6. Technology companies like Cisco, Infosys, Wipro, and Microsoft are queuing up to develop smart cities. What is in it for them, besides revenue?
Smart city as a concept is based on public infrastructure  with emphasis on e-infrastructure - this is a great opportunity to create a large installed base and the resulting revenue which could be on a pay per use or a build-operate model - thus revenue is ongoing - more important, however, is that all digital tech is based on a concept of Platforms – hence, if Microsoft gets to install its platform, all other devices in the smart city would have to be compatible to the Microsoft platform - this also creates long-term dependence on the investors such as Microsoft. Finally, all these companies will find this a great opportunity to drive innovation and experiment with new ideas and new technologies giving them a competitive edge in other markets as well. Basically an expansion of consumer base.  
7. How are these companies going about selling themselves as smart city shops? What are they doing?
These companies have a global presence, and can, therefore, quote references of other places like Barcelona where they have done such work - they also pitch at higher levels - for example, their founders/Chairmen/CEOs usually are invited as part of their country’s Presidents delegation which meets the top leadership at our end.  They also are part of various think tanks created by industry bodies such as NASSCOM, CII etc. which while advising the government also tend to give impetus to government interest in these large projects. They along with and through their consulting arms, or in partnership with companies such as Mckinsey, guide the concept of smart cities and shape the requirements /deliverables/expectations. In the extreme, even specifications in the bidding process which benefit them, they also use scale advantages by giving extremely attractive offers directly for products and services or by way of CSR spends in related activities. There are several other ways to sell in B2B context including but not restricted to taking key influencing factor for a tour of other cities in the world where they have done work - this is not to appease them but to shape their thinking and vision which is bound to result in a policy which benefits them.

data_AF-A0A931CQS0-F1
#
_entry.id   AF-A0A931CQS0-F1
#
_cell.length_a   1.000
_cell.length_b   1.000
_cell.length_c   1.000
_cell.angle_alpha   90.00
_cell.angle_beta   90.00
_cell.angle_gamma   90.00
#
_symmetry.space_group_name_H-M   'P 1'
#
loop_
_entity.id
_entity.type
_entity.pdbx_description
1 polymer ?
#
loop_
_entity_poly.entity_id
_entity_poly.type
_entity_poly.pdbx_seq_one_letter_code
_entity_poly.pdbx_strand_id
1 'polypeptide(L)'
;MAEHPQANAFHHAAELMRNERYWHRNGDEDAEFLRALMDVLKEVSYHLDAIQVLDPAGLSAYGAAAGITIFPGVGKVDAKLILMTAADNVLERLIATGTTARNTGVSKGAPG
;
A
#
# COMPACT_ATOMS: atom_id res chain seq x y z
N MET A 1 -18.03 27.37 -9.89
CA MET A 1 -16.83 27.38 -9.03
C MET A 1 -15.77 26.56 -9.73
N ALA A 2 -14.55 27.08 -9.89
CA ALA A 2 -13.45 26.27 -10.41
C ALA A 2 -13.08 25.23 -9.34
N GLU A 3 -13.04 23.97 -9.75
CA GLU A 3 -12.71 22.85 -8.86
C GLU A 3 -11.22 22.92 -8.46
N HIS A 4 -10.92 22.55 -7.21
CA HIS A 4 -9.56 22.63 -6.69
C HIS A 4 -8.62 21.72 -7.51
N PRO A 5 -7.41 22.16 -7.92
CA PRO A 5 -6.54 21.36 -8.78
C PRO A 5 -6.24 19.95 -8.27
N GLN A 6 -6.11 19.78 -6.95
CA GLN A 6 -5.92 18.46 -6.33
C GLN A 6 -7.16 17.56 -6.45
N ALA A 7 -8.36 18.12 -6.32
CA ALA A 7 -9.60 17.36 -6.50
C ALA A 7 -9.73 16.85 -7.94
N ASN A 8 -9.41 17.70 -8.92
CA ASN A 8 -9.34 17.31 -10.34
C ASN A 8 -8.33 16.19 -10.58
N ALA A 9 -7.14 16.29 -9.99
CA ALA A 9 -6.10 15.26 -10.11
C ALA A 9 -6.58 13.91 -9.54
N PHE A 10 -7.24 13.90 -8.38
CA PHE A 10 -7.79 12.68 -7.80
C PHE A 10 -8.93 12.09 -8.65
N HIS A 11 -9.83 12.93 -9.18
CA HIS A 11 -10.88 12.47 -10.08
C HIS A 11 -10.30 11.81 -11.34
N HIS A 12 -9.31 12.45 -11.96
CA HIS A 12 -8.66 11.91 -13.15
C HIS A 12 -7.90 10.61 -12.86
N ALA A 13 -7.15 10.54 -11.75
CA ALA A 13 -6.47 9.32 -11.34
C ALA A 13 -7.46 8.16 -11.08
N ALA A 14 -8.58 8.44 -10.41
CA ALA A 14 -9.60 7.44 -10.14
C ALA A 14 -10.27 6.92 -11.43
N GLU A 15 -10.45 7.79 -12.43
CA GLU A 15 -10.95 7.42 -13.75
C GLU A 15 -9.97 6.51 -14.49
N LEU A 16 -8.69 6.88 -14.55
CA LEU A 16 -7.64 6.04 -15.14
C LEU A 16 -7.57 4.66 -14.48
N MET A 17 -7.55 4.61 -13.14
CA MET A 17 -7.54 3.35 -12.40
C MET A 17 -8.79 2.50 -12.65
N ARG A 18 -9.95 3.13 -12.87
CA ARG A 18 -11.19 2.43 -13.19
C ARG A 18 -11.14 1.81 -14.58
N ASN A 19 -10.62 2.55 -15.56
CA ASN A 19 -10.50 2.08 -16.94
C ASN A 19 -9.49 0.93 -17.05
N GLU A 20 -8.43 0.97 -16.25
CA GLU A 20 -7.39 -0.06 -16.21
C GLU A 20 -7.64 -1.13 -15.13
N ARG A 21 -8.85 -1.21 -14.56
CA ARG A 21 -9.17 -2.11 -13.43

8.  How successful do you think the government’s smart cities project will be in the future? Is it all hype, or will it change the way urban Indians live?
Creating buzz and traction itself is an achievement. It creates awareness. It is not that we are zero at the smart cities aspect. In pockets, the concept is alive. Navi Mumbai, a few pockets in Bengaluru, new townships in Mumbai and Chandigarh are living the concept. But as of now it is an elitist idea. Government endeavours have to make it a democratic phenomenon. 
9. What challenges do you see and how do we overcome these?
Introducing changes in already densely populated areas is challenging but then retrofitting works best in such settings. It involves the introduction of new infrastructure or mechanism in the existing ones. Redevelopment and Greenfield approaches are two other strategic approaches.

Funds, integration of different numbers of government departments, altering behaviour patterns, mindsets, and attitudinal changes can be also challenging, but I am sure government, corporates, academics and other significant elements of the society can work around these. None of these is insurmountable. Many have been already been resolved.

10. What impact will it have?
It will have a socio-economic impact. Call it a virtuous circle. People will be engaged productively and participate in governance. It is easier for the state to set up public utilities at one place catering to a huge number of people. It will enhance and support economic activity and chances to grow.
The good life is not prerogative of a few. A smart city is a very inclusive concept. It plans to set up an ecosystem wherein all have access to basic public utilities and opportunities to grow.
On the other hand, as the idea takes shape, it will create phenomenal job opportunities at different levels.

(The author is Group Director, Welingkar Institute of Management Development and Research. Views expressed are strictly personal.)